Lake grad takes on Ohio politics with Columbus internshipWritten by Emily Gibb | | firstname.lastname@example.org
When Lake High School graduate and The Ohio State University Sophomore Evan Matheney started his new internship, he was meeting with Gov. John Kasich’s JobsOhio committee — before the committee was official.
“That was my first day. That was crazy,” Matheney said.
Through timing and leadership experience that began during Matheney’s first year of college at Wheaton College in Chicago, where he served as freshman class president, he started an internship with Ohio House of Representatives Assistant Majority Whip Cheryl Grossman in February.
Matheney, a political science major, said he has had an interest in politics from a young age.
“Ever since I was little, I knew there were two things I was meant for: either a pastor or a politician,” he said.
His interest in interning in Statehouse politics started on a whim.
He has family who are supporters of Republican Randy Gardner, the representative of Wood County, Matheney said. After Matheney called him to ask about the process to become an intern, Gardner forwarded Matheney’s resume to the intern coordinator. Grossman was requesting an intern around that same time.
Matheney said earning valuable experience so early in his college career has given him a greater insight into what a career in politics might entail before he has to make decisions about going to graduate school or law school or just trying to start his career after graduation.
“This has given me more of what being a politician would be like behind the speeches and the glamour,” Matheney said, and that it has also helped give him “a better, more well-rounded view of what to expect.”
It also has helped give him ideas and connections for other ways to become involved after his internship is over.
“It’s showed me a different side of politics that not many people get to see,” he said.
He’s been able to observe and participate in committee meetings dealing with the controversial Senate Bill 5 and the repeal of the estate tax.
“I got involved so early to see what I would want to do,” he said.
Evan’s father, Steve, said, “I’ve tried to teach Evan to always use a firm handshake, foster a loving spirit, and question what he believes. Instead, he gives incredible hugs, makes my heart swell with pride and causes me to question everything I know.”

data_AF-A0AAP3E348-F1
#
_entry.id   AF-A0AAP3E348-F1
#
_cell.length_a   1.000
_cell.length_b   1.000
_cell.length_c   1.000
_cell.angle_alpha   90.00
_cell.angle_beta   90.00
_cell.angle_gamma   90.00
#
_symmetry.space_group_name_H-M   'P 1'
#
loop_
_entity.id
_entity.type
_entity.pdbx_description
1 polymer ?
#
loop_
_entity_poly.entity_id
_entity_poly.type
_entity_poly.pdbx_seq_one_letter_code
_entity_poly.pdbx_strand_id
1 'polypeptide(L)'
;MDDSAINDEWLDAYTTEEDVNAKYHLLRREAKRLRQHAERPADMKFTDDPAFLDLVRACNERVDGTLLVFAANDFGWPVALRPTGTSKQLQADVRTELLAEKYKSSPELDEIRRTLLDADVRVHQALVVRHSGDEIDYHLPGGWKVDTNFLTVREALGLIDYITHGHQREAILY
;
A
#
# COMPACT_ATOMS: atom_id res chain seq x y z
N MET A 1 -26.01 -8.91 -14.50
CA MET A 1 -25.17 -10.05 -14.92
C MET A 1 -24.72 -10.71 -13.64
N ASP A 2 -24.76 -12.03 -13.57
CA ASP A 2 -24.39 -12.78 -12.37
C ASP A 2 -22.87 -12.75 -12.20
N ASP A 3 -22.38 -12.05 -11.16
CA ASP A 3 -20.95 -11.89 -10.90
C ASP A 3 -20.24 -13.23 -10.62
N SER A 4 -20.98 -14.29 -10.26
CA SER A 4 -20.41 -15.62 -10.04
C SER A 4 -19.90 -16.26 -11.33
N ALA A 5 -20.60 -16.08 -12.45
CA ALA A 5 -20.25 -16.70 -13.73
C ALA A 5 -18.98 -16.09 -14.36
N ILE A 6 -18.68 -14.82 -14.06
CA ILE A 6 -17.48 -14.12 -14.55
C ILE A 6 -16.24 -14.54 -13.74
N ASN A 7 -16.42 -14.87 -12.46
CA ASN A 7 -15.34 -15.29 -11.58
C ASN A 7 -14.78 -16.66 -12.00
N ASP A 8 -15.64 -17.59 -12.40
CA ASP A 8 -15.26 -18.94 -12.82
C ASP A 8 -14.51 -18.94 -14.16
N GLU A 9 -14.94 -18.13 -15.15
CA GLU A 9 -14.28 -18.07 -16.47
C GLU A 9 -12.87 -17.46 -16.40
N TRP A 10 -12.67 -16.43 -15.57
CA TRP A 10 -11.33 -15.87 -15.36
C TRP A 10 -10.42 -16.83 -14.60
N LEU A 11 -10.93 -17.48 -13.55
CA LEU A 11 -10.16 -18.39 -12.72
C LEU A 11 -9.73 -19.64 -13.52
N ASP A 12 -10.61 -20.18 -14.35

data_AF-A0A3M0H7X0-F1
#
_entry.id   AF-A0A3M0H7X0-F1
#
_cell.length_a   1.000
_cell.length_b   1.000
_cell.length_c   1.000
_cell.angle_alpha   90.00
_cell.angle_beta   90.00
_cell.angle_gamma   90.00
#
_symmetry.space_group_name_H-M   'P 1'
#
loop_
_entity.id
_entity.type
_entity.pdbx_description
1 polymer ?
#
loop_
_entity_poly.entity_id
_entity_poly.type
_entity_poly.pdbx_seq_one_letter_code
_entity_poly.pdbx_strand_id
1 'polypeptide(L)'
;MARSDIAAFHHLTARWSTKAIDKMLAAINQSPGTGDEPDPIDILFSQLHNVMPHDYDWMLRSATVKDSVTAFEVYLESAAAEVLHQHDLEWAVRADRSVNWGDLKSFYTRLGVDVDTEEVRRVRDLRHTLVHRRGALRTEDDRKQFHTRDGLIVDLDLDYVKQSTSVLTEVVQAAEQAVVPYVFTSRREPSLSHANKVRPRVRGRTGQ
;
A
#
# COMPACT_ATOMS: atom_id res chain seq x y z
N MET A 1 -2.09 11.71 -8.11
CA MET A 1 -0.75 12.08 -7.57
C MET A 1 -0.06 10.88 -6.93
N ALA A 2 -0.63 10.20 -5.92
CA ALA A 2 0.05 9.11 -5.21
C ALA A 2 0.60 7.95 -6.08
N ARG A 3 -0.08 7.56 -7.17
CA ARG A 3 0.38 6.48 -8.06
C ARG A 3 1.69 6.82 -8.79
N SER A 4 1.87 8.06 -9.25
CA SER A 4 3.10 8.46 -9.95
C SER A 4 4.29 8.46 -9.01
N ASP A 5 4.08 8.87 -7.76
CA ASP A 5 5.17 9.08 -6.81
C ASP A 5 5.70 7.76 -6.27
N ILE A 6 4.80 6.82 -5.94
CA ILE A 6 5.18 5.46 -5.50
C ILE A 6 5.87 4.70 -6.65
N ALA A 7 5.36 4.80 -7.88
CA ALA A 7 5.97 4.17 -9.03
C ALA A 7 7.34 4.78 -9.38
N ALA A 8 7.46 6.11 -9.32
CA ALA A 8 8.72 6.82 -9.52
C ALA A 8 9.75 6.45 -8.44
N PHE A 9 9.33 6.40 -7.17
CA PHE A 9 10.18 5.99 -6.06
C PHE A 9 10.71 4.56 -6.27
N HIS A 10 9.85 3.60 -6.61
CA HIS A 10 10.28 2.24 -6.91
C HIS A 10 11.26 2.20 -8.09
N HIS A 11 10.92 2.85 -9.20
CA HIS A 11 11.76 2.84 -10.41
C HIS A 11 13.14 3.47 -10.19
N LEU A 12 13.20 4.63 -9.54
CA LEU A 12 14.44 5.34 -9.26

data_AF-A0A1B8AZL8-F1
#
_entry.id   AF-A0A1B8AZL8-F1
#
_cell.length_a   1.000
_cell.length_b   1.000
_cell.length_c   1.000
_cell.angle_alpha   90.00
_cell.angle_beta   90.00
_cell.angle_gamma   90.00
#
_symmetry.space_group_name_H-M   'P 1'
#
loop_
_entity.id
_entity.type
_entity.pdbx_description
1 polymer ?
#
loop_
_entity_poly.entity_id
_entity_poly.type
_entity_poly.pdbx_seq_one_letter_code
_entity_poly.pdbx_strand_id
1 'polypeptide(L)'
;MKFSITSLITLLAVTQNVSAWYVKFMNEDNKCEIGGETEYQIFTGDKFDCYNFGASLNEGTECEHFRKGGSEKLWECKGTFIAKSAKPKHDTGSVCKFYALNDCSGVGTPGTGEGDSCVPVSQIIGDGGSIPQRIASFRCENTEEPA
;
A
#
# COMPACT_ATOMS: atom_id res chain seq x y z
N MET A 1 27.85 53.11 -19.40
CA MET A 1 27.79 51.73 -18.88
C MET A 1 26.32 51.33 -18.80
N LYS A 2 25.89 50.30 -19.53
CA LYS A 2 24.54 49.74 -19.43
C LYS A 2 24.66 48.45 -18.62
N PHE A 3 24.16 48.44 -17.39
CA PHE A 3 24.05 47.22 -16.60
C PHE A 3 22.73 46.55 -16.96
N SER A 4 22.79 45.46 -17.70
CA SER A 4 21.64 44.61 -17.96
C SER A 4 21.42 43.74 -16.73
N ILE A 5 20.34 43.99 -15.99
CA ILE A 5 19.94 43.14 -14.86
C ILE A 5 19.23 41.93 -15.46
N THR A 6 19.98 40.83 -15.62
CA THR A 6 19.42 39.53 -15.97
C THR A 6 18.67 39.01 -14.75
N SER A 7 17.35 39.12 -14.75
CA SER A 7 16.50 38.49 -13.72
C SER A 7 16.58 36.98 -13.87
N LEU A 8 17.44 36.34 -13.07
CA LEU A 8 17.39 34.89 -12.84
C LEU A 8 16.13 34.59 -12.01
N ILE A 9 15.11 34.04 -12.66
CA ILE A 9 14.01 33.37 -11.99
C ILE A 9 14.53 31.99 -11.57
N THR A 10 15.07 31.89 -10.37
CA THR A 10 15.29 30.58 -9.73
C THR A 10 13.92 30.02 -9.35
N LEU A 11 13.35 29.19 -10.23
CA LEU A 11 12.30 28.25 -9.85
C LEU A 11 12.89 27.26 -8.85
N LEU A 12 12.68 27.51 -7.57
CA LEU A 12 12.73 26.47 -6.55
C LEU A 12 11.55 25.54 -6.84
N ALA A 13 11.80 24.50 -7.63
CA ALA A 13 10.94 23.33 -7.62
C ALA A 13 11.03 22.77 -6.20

Former area resident Timothy Matheney, Evan’s uncle who serves as principal of South Brunswick High School in Monmouth Junction, New Jersey, said, “I’m so pleased that Evan has an opportunity to be at the vortex of some of the most important political developments in recent memory. I know that he’s learning that the public policy process is messy and confounding at times, but also incredibly exciting.”
Matheney said he’s now seen both the seemingly unethical side of politics and what he calls the extreme good side of politics.
Someone wrote a letter to Grossman explaining that their daughter has Asperger’s Syndrome and was having trouble getting into and getting financial aid from the colleges to which she was applying because of her disorder.
Grossman’s staff was able to contact the colleges and help work with them and the girl’s family to help her, he said.
On the other hand, he has witnessed representatives yelling at each other.
He keeps hope, though, that when his days of decision-making in politics arrive, he won’t need to stoop to “the dirty side” of the process.
“I don’t think you need to be unethical. I think you can keep your beliefs and be a politician,” Matheney said.
Matheney is no stranger to the busy schedule of a politician — in addition to being a full-time student and Statehouse intern, he’s also the director of leadership for the Residence Hall Advisory Council at Ohio State.
Although his internship with Grossman ends this summer, Matheney is hoping to stay in Columbus and in the Statehouse as a page — someone who is a paid assistant in the General Assembly.
“That would be the ideal situation,” he said.
Matheney says he’s felt like a naturally good networker, so being in the position he’s in now has allowed him to form relationships with those who can help further his career and do good things for Ohio.
“I think the coolest thing has been getting to know people who care about change in their state and trying to get the job done to even just run Ohio,” he said.